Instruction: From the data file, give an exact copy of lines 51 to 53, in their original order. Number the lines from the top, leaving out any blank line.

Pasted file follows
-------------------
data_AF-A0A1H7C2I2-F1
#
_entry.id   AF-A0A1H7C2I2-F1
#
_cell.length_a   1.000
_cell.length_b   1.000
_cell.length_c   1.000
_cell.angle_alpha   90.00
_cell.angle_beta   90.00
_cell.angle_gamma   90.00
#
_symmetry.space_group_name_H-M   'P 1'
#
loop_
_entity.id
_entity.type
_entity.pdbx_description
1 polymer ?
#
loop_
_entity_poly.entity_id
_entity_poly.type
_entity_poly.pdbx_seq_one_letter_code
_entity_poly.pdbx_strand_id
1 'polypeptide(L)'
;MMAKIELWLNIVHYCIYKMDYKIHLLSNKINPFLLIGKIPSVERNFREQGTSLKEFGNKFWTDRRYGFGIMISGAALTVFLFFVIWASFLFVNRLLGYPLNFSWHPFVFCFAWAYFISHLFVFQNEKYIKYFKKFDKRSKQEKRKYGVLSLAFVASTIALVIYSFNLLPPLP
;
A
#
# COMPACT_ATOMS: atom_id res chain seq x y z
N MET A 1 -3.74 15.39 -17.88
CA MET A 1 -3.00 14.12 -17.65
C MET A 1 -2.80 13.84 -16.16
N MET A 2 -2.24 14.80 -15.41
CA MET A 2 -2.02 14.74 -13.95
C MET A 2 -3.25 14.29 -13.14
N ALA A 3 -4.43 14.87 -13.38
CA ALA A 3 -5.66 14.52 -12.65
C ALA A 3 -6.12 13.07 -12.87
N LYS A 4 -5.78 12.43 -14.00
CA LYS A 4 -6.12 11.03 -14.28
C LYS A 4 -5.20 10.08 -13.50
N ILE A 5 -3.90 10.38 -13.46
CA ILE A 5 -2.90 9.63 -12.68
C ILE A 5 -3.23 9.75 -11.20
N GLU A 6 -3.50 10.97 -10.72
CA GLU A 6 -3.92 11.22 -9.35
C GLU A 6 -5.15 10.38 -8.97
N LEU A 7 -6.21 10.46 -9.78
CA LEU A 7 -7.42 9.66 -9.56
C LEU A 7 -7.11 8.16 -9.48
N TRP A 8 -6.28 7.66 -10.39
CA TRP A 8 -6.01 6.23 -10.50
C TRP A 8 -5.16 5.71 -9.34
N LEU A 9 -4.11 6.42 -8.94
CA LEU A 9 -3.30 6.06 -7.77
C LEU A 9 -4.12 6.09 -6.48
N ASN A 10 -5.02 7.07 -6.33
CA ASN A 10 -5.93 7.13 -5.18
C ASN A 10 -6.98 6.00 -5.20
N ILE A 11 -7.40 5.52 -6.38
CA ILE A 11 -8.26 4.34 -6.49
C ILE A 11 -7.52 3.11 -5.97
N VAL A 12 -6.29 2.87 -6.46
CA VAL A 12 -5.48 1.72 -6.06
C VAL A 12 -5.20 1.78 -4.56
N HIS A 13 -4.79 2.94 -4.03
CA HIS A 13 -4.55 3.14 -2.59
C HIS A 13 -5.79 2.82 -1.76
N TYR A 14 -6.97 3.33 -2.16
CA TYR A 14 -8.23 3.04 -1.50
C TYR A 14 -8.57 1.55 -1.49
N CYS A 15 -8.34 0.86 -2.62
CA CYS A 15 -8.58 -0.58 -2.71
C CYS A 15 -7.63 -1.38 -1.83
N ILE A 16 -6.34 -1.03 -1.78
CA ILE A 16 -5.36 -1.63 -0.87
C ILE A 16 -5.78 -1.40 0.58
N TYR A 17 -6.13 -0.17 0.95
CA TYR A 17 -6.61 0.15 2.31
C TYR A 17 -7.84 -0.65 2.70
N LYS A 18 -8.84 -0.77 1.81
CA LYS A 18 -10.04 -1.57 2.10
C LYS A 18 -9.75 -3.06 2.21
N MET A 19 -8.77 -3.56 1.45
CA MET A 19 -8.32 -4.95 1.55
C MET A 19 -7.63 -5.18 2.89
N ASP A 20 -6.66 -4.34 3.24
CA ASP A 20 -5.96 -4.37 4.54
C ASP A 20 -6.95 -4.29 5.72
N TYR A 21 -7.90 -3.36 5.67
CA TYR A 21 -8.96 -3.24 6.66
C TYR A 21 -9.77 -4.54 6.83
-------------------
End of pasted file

C LEU A 7 -7.11 8.16 -9.48
N TRP A 8 -6.28 7.66 -10.39
CA TRP A 8 -6.01 6.23 -10.50